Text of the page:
When Mr. Draggo enters the room, Seri gets fed up and decides she’s going to kill him “before things get messy”, which is vampire reasoning if I’ve ever heard it. Kou tells her to stop, and Seri asks him to spare her the “killing is wrong spiel”, as human rules and laws don’t apply to vampires. Kou admits that there are times when a vampire might have to kill, but he insists that this isn’t one of them, and protects Mr. Draggo.

The two hide in a dark alley, where Mr. Draggo, AKA Akiyama, seems to snap out of the obsessive trance he was in while near Seri. Akiyama tells Kou how he and Seri met when he fell over while drunk and just hit it off, but he was never arrogant enough to think he ranked that high in her list of people she cared about (nor does he know she’s a vampire).

That soon changes when Seri spots them in the alley, tells Akiyama she’s a vampire, and that she’s going to kill him. Kou stands between Seri and Akiyama and says that’s not happening, but Seri charges anyway, which is when Nazuna, whom Kou summoned via transmitter watch, pancakes Seri into the pavement.

Nazuna is obviously here to keep Kou from harm, but even when Seri promises she won’t hurt Kou, Nazuna asks why she suddenly decided to kill “for once”, suggesting it’s not as common an occurrence as Seri let on. That’s when Akiyama asks Nazuna to lay off Seri, because he was the one who fell in love with her, even though he wasn’t supposed to.

Just as Nazuna has done with Kou so far, Seri never intended to turn Akiyama, but simply hung out with him because they enjoyed each other’s company. The grind of getting people infatuated with her so she could create offspring got boring, and Akiyama broke that monotony. But her unconscious vampiric knack for enrapturing people ended up happening even to him.

Kou stops her right there: if she enjoys having a friend and doesn’t want to ruin that relationship, why kill him? Why not talk through it him first, like the friends they clearly still are? Seri does just that, and when she talks about the fun she had hanging out with Akiyama as a friend, her eyes fill with tears, knowing they’ll never have that again.

Akiyama knows that too, as he’s now in love with her. But that being the case, rather than kill him, he asks her to make him her offspring instead, so they can still hang out and still have that friendly rapport. She does just that, turning him right there in the alley while Nazuna and Kou look on.

Kou can’t help but feel like the situation is a little unfair, seeing as how Seri and Akiyama have what he wants…and naturally, Nazuna senses that’s what he’s feeling, but says it’s fine to take their time for now. After Akiyama is turned (and his eyesight is improved; a nice detail) all four go back for some celebratory karaoke, and Kou notes that he’s having a great time.

This might’ve been my favorite Call of the Night yet. I continue to love how warm empathetic Kou is. Seri is always an absolute delight; I love how she can turn from affable to frightening and capricious to vulnerable on a dime. I fear I’ve fallen for her and become one more draggo, and it’s not for any one quality but because she possesses so many layers.

Akiyama, voiced by the great Yoshino Hiroyuki in a rare toned-down role, is a solid introduction and the show’s first male vampire, and therefore glimpse of what Kou ultimately hopes to become. Loved the stalker fakeout. And as always, both quiet scenes of talking and raucous, concussive action are exquisitely composed and directed. The show is running on all cylinders.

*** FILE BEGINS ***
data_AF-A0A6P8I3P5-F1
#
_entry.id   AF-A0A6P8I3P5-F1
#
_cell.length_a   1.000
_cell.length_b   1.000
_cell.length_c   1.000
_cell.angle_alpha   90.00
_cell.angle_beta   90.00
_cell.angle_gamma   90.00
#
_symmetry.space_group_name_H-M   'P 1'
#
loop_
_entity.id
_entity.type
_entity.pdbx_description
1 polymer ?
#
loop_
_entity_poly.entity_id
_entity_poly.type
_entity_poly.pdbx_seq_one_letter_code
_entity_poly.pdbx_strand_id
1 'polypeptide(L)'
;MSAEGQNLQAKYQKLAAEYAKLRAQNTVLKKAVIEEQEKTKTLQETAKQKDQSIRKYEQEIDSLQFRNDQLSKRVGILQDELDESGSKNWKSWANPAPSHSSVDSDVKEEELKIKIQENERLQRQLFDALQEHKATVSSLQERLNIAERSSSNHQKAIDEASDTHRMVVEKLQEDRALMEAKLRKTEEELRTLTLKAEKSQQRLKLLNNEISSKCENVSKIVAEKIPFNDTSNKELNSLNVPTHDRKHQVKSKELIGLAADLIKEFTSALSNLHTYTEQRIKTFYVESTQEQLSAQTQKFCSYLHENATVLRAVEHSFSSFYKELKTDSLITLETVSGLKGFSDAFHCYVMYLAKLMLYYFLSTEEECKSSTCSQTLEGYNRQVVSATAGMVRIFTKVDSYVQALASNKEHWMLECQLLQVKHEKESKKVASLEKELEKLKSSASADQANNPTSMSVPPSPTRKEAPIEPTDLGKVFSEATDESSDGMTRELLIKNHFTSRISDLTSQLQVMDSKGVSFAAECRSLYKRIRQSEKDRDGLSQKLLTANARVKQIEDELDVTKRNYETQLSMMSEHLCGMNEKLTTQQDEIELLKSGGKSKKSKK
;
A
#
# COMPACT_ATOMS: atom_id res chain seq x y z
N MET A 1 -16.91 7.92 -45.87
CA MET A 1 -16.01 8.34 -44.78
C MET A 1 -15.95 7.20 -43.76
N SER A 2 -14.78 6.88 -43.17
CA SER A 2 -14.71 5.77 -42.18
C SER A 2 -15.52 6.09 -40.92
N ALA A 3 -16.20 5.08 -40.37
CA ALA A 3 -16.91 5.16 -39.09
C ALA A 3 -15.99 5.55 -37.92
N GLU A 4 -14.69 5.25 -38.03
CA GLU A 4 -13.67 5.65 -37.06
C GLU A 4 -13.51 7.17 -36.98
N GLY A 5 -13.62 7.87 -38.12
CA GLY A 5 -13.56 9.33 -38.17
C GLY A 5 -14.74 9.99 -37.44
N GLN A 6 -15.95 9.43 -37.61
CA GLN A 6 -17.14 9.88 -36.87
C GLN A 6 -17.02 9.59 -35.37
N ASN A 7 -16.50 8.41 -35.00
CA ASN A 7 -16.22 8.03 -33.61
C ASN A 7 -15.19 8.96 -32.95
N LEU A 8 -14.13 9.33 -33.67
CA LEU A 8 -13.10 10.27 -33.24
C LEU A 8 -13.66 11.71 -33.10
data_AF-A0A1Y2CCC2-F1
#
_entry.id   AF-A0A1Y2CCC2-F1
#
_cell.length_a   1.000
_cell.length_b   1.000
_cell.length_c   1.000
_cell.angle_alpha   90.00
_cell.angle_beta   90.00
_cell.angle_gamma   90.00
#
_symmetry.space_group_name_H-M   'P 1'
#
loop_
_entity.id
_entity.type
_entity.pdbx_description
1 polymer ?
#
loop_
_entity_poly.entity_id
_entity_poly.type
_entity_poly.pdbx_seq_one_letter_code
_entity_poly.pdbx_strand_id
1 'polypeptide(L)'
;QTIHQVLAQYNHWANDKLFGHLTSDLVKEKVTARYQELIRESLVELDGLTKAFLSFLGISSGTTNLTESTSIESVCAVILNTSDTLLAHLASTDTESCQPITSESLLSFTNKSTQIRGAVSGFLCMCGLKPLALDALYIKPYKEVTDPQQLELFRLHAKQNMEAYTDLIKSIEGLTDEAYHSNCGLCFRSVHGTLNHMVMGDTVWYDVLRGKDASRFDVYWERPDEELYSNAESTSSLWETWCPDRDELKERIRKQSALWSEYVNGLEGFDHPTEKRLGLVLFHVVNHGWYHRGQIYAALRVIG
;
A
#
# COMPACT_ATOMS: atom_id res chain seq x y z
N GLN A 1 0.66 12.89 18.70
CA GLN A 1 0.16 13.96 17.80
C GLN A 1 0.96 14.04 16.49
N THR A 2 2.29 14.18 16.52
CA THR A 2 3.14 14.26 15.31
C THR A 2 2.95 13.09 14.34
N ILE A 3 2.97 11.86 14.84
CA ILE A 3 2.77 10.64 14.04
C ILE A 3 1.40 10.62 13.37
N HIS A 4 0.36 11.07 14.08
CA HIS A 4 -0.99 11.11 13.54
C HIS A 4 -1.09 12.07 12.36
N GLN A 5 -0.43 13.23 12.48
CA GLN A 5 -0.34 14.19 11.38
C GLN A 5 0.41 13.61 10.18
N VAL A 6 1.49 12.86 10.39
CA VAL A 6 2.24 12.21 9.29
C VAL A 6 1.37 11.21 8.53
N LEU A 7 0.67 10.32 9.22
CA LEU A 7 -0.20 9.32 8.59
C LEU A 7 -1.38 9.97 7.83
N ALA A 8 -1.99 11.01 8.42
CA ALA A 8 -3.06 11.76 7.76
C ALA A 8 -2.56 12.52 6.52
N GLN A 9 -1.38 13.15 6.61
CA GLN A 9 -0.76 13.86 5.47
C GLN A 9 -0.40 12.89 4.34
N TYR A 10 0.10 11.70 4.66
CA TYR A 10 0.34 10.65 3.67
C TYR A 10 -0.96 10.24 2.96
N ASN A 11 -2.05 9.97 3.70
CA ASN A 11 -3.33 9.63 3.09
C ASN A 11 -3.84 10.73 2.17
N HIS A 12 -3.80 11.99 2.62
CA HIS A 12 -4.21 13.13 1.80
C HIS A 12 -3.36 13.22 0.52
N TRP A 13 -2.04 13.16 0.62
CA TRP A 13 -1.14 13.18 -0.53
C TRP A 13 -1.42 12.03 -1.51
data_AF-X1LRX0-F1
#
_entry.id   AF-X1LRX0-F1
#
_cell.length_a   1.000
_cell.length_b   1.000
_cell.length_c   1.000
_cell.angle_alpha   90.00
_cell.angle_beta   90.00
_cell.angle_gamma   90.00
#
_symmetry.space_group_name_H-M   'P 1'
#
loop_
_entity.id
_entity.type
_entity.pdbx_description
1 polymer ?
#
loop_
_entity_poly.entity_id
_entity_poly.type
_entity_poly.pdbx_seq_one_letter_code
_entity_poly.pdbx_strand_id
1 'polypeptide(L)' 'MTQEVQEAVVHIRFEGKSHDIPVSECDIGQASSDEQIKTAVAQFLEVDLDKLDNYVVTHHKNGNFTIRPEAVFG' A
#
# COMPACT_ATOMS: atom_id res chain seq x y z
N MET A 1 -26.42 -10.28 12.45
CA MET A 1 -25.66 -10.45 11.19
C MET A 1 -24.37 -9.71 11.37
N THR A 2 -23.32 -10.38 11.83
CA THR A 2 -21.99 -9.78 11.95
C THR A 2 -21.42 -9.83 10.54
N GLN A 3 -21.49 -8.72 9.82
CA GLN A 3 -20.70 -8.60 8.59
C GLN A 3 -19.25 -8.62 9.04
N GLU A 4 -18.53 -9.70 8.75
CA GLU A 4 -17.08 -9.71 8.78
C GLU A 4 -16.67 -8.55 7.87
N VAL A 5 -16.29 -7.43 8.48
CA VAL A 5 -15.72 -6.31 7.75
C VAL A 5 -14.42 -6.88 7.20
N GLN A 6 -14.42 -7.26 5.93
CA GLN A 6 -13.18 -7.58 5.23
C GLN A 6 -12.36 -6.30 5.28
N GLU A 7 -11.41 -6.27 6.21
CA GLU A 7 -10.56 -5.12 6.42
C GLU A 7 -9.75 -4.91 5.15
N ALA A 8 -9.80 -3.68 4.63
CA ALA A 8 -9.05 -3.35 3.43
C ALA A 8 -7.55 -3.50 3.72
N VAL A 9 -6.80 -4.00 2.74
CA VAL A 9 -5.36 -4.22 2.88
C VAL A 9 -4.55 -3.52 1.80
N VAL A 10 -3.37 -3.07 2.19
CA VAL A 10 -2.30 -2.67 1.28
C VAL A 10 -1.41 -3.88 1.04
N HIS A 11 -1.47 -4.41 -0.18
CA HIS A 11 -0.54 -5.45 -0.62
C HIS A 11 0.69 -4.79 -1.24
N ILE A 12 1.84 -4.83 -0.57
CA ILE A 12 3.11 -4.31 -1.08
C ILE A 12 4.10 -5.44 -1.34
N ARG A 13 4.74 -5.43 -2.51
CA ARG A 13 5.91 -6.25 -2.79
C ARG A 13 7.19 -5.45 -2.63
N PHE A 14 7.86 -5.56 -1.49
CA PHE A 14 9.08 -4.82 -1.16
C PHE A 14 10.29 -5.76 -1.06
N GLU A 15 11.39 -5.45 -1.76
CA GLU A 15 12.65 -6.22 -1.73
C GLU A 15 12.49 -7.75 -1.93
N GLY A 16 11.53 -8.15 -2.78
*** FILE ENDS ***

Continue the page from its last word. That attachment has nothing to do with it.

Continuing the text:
Call of the Night – 08 – Date Night

Kou’s comment about falling in love with Nazuna “no matter how many years it takes” is met with the reaction it is because there’s a rule he hasn’t been told about: once their blood is sucked, a human only has one year to become a vampire. If they can’t by then, they’ll never become one.

Nazuna cheekily pretends she forgot to tell Kou this, then conveniently remembers the debt she owes him for working on Kiyosumi, and kisses him right in front of the other vamps before flying off into the sky. Kou tells Nazuna that he realizes she’s weird even for a vampire, but he’s glad he met her first.

That said, this new time limit is concerning, and it takes Akira spelling it out that after that year is up and he’s not a vampire, he’ll be killed to protect their secrets. Later, at school, Akira comes across Seki Mahiru sleeping at the top of the steps, zonked out from being, you guessed it, out all night.

We learn that Mahiru, who befriended everyone, befriended Akira and Kou when they were all little. That said, neither Kou nor Akira realized that they were actually friends with him, due to his gregarious nature. Speaking of gregarious, Kikyou Seri greets Kou again one night, and while he tries to run, she promises she won’t kill him, and only wants to start off on the right foot.

When Kou demonstrates his middle school innocence regarding romance, she can’t help but serve as his love coach, and suggests he kickstart his relationship with Nazuna by taking her on a date. Naturally, when Kou proposes this, Nazuna isn’t interested, and continues playing her video games. But Kou switches her PSOne off and insists.

The date plan Seri drew up for him would probably work for most couples, but Kou and Nazuna aren’t most couples. Nazuna won’t even pretend to be able to stand the romcom movie they go to, while at the café Kou tries to start a conversation about the movie even though he knows she hated it.

Nazuna suspects someone put an idea in his head, and after reading Seri’s list she snatched from him, decides this is all lame and goes home. Kou lies in bed forlorn, but soon Nazuna taps on his window, not liking how the evening almost ended and suggesting they at least get that bite with a night view.